Currently more than 60,000 New Zealanders have dementia, with the figure expected to grow to 170,000 and cost the economy more than $4.5 billion by 2050.
Public Trust is lending its support to fighting this major healthcare challenge through a new partnership agreement with Dementia New Zealand.
The two organisations will work together to produce educational resources and plan knowledge exchanges to raise the public’s understanding of dementia, including the early warning signs of the condition and ways to mitigate and manage its impact.
"Public Trust has an important role to play in the lives of people living with dementia," says Public Trust’s Head of Marketing and Partnerships, Josh Byers.
"We engage widely with families affected by the condition through our financial and property support services - anything from handling day-to-day transactions, to assisting with transitioning to a rest home.
"By working with Dementia New Zealand directly and through their regional affiliates, we can further support those kiwis affected by dementia, and better understand how our assistance and care services can be tailored to meet the needs of families."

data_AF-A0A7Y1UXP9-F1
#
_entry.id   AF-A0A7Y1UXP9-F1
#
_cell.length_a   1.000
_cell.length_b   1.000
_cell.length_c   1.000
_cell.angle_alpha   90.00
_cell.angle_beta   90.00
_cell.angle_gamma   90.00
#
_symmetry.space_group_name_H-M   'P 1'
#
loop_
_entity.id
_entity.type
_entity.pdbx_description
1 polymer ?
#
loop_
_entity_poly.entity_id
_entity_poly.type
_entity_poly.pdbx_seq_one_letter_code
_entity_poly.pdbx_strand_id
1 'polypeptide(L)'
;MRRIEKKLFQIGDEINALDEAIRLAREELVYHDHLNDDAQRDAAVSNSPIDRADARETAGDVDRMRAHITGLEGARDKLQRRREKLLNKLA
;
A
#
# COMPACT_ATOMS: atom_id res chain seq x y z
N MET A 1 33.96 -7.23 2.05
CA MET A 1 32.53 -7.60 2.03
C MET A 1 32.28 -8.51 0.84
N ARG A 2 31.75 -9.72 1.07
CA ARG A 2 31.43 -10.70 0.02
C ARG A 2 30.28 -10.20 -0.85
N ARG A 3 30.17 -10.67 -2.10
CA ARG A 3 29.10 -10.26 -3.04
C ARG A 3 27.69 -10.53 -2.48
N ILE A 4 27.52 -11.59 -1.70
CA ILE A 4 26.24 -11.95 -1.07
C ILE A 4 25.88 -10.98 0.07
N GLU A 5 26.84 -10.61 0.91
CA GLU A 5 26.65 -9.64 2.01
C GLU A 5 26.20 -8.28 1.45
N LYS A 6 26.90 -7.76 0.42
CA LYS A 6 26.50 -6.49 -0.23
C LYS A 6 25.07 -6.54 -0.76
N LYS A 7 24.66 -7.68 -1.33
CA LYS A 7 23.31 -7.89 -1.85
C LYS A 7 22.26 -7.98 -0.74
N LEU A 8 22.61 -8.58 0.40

The CEO of Dementia New Zealand, Paul Sullivan, sees the partnership as another way to move the conversation forward on the impact of dementia for those at risk, as well as on the health system and economy more broadly.
"It’s important to work with partners to promote clear messaging on what dementia is and can mean. We want to partner with organisations that can make a positive contribution to families affected by the condition," says Paul Sullivan.
"There is a lot of stigma and fear associated with dementia, and a lot of this is due to misunderstanding.
"Dementia is actually an umbrella term for a range of illnesses that can contribute to reduced cognitive ability. Each comes with its own particular attributes, with some more serious than others."
The partnership agreement will also see Public Trust offer a free half-hour consultation service to existing or recently diagnosed patients with dementia to discuss the estate management and care services available to them.
Information to help those managing dementia can be found at www.dementia.nz/useful-info